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PCAOB interim analysis on critical audit requirements

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Public Company Accounting Oversight Board (PCAOB) has issued a report that provides an overview of the initial impact of disclosing critical audit matters (CAM) on key stakeholders. CAM communications are considered to inform investors and other financial statement users about matters that require especially challenging, subjective, or complex auditor judgment and the auditor’s response to those matters.

Key findings from the staff analysis
The staff of the PCAOB’s Office of Economic and Risk Analysis has performed several studies to gain an initial understanding of audit firm and audit engagement team responses to the CAM requirements, investor use of CAM communications, and audit committee and preparer experiences related to CAM implementation and their key findings are as follows:

  • Auditing firms have made significant efforts to support implementing the initial CAM requirements.
  • CAMs communicated in the auditor’s report is in the development stage but still beneficial for many investors.
  • The analysis report pointed out that extensive preliminary preparations, including the pilot programs and dry run programs carried out by the audit firms, provided the issuer with an overall smooth experience.
  • Among participating partners who responded to the PCAOB staff’s survey, more than one-third reported that the issuer made changes to disclosures of financial statements or other company reports due to CAM. As a result, it will be part of the post-implementation follow-up review to explore CAM’s impact on company disclosures further.
  • Some investors who responded to PCAOB staff surveys stated that they used CAM to better understand auditors’ work and the company’s disclosures. However, PCAOB staff pointed out that the full benefits of CAM communications for investors may take longer to be realized (for example, as investors become more aware of CAM and comparative CAM data becomes available between issuers and over time).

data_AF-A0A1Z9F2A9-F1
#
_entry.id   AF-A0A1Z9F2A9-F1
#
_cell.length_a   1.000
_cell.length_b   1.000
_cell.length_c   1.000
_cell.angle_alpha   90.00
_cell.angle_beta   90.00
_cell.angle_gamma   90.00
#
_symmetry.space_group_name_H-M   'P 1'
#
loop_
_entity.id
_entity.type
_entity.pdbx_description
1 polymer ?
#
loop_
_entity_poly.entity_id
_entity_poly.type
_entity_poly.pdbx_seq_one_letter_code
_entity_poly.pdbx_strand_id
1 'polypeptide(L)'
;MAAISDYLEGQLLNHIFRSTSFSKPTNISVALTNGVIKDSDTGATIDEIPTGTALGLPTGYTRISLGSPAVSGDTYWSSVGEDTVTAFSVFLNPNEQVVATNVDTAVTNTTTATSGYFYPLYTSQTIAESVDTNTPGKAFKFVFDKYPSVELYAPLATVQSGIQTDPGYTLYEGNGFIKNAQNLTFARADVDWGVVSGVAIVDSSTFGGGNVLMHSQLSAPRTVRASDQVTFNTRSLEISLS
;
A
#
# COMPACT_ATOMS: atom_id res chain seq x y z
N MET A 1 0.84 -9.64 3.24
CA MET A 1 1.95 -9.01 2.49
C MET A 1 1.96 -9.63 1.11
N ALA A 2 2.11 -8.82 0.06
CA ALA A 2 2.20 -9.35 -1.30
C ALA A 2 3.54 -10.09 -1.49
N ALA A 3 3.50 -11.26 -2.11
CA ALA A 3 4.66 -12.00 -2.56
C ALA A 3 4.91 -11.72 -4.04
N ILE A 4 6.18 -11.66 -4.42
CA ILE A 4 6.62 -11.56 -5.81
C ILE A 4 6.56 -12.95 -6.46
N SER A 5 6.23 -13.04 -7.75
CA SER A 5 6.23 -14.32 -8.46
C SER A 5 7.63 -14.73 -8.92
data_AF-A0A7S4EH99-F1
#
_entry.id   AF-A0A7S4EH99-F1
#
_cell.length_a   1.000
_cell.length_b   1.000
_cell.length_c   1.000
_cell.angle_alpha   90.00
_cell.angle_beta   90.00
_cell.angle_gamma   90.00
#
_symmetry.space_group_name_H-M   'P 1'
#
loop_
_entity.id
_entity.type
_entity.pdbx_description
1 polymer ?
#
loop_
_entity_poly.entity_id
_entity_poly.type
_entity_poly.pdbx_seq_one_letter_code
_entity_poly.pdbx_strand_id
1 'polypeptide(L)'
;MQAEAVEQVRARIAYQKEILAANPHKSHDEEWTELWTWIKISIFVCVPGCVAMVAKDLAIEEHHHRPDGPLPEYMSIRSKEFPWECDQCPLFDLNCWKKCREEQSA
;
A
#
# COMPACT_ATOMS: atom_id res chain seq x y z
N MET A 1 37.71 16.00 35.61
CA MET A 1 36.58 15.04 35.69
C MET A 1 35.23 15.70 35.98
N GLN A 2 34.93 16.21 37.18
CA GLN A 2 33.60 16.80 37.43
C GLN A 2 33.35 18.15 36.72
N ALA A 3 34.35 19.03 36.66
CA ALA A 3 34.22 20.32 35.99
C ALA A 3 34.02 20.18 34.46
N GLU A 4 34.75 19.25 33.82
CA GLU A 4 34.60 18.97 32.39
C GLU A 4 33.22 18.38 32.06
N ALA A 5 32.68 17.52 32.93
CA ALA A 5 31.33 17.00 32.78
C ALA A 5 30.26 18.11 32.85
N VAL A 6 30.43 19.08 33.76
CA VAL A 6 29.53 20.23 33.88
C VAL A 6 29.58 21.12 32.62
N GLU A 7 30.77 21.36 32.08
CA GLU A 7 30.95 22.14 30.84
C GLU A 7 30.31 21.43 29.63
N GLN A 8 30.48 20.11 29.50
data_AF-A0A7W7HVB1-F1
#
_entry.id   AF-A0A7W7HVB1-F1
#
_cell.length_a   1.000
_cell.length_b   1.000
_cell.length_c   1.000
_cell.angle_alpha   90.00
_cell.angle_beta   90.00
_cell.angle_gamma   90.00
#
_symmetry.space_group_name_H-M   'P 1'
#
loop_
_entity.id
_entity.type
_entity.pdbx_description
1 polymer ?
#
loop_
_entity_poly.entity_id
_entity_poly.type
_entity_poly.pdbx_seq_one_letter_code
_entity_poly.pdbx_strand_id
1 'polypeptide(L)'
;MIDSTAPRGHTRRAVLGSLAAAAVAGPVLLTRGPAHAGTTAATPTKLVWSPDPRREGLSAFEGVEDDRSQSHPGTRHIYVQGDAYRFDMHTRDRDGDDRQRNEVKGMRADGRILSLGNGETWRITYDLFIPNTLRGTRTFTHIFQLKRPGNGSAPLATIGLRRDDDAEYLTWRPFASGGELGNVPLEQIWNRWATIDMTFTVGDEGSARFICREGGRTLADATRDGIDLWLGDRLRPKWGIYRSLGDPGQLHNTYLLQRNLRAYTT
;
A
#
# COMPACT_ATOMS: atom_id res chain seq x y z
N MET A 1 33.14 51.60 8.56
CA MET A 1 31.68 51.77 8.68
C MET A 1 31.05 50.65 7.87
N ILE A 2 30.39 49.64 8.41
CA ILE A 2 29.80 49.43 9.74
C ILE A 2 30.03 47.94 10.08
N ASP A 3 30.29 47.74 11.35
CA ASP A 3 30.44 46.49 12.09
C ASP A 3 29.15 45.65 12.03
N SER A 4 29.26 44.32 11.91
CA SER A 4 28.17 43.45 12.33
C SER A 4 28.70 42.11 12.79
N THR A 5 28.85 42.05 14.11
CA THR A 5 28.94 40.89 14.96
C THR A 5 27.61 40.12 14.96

• Another concern is that, due to the additional effort required to determine, communicate, and document CAMs, auditors would take longer to issue their reports; initial CAM implementation is associated with an increase in the time to publish audit reports.

Why is this important?
As per AS 3101, The auditor’s report on financial statements when the auditor expresses an unqualified opinion, including the implementation of the requirement for auditors to report CAM, is the most significant change in auditors’ reports in 70 years. The interim analysis report and technical documents are part of PCAOB’s continuous assessment of the overall impact of CAM requirements on the main stakeholders in the audit process. 

Despite the PCAOB’s basic view that it has found no significant casual consequences from achievement of the CAMs  necessity for large accelerated filers, there still are several potential consequences that organizations should monitor as these requirements come into result for all the other companies during this coming year-end.  PCAOB expects additional costs related to increased time needed to prepare and review the information provided in the CAMs. In addition, auditors may choose to perform more audit procedures related to areas reported as CAMs (even though the attestation requirements in those areas did not change due to the addition of CAM disclosure), with a resulting cost implication for both auditors and issuers.

It it also interesting to see if the items describes as CAMs are used by the SEC as a guide in developing questions presented in comment letters to registrants, and how that dynamic, if personified, impacts the attorney-auditor-client interactions in drafting and issuing securities filings. Likewise, the PCAOB may assemble CAM data as a source of input for determining the  scope of its inspections process, although CAMs reported to data involvefinancial reporting risk areas well known to the PCAOB.

What’s next?
PCAOB expects to publish more reports in 2022 to provide insights on any changes observed by staff in CAM communications and to provide information on the initial impact of CAM conveyed in smaller issuers’ audit reports. Since some effects of CAM requirements can take several years to fully manifest, the PCAOB expects to issue a more comprehensive post-implementation review in 2024.

AJSH is registered with PCAOB, USA and assists its clients with providing audit and assurance services for over a decade to various clients in the United States, including broker-dealers. We serve different broker-dealer firms registered in the United States w.r.t their audits under Rule 17a-5 under the Securities Exchange Act of 1934 (FINRA Audit). If you have any questions or wish to know more about interim analysis on critical audit requirements of PCAOB, kindly contact us.


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